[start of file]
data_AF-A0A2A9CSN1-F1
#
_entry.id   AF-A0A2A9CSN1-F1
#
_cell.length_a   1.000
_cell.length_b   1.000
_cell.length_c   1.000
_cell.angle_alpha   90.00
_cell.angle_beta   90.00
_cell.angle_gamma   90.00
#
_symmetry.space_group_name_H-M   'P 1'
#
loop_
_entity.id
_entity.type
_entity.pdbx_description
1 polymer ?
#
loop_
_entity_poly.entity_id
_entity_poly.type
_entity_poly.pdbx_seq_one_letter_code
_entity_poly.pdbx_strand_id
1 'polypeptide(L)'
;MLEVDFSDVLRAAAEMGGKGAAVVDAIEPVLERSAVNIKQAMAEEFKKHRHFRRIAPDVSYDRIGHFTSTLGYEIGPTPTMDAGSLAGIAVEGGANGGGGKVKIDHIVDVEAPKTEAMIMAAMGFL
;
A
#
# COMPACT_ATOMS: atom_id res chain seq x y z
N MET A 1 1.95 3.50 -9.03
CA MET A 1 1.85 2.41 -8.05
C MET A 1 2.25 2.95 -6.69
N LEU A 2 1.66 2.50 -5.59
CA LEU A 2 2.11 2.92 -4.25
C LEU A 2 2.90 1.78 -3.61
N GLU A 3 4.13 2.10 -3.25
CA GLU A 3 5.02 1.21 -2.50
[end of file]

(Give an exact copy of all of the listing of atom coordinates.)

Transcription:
data_AF-A0A2A9CSN1-F1
#
_entry.id   AF-A0A2A9CSN1-F1
#
_cell.length_a   1.000
_cell.length_b   1.000
_cell.length_c   1.000
_cell.angle_alpha   90.00
_cell.angle_beta   90.00
_cell.angle_gamma   90.00
#
_symmetry.space_group_name_H-M   'P 1'
#
loop_
_entity.id
_entity.type
_entity.pdbx_description
1 polymer ?
#
loop_
_entity_poly.entity_id
_entity_poly.type
_entity_poly.pdbx_seq_one_letter_code
_entity_poly.pdbx_strand_id
1 'polypeptide(L)'
;MLEVDFSDVLRAAAEMGGKGAAVVDAIEPVLERSAVNIKQAMAEEFKKHRHFRRIAPDVSYDRIGHFTSTLGYEIGPTPTMDAGSLAGIAVEGGANGGGGKVKIDHIVDVEAPKTEAMIMAAMGFL
;
A
#
# COMPACT_ATOMS: atom_id res chain seq x y z
N MET A 1 1.95 3.50 -9.03
CA MET A 1 1.85 2.41 -8.05
C MET A 1 2.25 2.95 -6.69
N LEU A 2 1.66 2.50 -5.59
CA LEU A 2 2.11 2.92 -4.25
C LEU A 2 2.90 1.78 -3.61
N GLU A 3 4.13 2.10 -3.25
CA GLU A 3 5.02 1.21 -2.50